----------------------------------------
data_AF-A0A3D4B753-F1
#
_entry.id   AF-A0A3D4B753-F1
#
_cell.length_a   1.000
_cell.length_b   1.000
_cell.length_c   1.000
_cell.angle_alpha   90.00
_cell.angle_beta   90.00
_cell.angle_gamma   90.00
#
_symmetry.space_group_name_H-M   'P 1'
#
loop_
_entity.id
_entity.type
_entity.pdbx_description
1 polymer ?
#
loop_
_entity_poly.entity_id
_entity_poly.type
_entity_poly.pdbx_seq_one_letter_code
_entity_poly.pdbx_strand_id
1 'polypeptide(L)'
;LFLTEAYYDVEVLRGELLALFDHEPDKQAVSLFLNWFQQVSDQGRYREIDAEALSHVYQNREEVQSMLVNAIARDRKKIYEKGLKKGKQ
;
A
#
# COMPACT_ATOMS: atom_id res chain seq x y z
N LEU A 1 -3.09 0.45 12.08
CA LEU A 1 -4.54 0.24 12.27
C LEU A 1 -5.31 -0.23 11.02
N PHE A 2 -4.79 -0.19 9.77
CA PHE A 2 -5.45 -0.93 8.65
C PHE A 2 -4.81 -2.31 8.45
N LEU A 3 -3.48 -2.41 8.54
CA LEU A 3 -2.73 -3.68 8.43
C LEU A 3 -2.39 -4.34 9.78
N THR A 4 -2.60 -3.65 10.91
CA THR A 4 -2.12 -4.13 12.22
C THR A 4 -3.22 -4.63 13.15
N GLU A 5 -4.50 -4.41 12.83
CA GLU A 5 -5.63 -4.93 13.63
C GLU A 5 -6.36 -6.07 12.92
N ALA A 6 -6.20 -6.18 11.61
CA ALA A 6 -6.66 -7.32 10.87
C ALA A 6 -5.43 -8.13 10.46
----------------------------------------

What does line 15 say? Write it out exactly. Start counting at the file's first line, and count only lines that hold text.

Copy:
_entity.id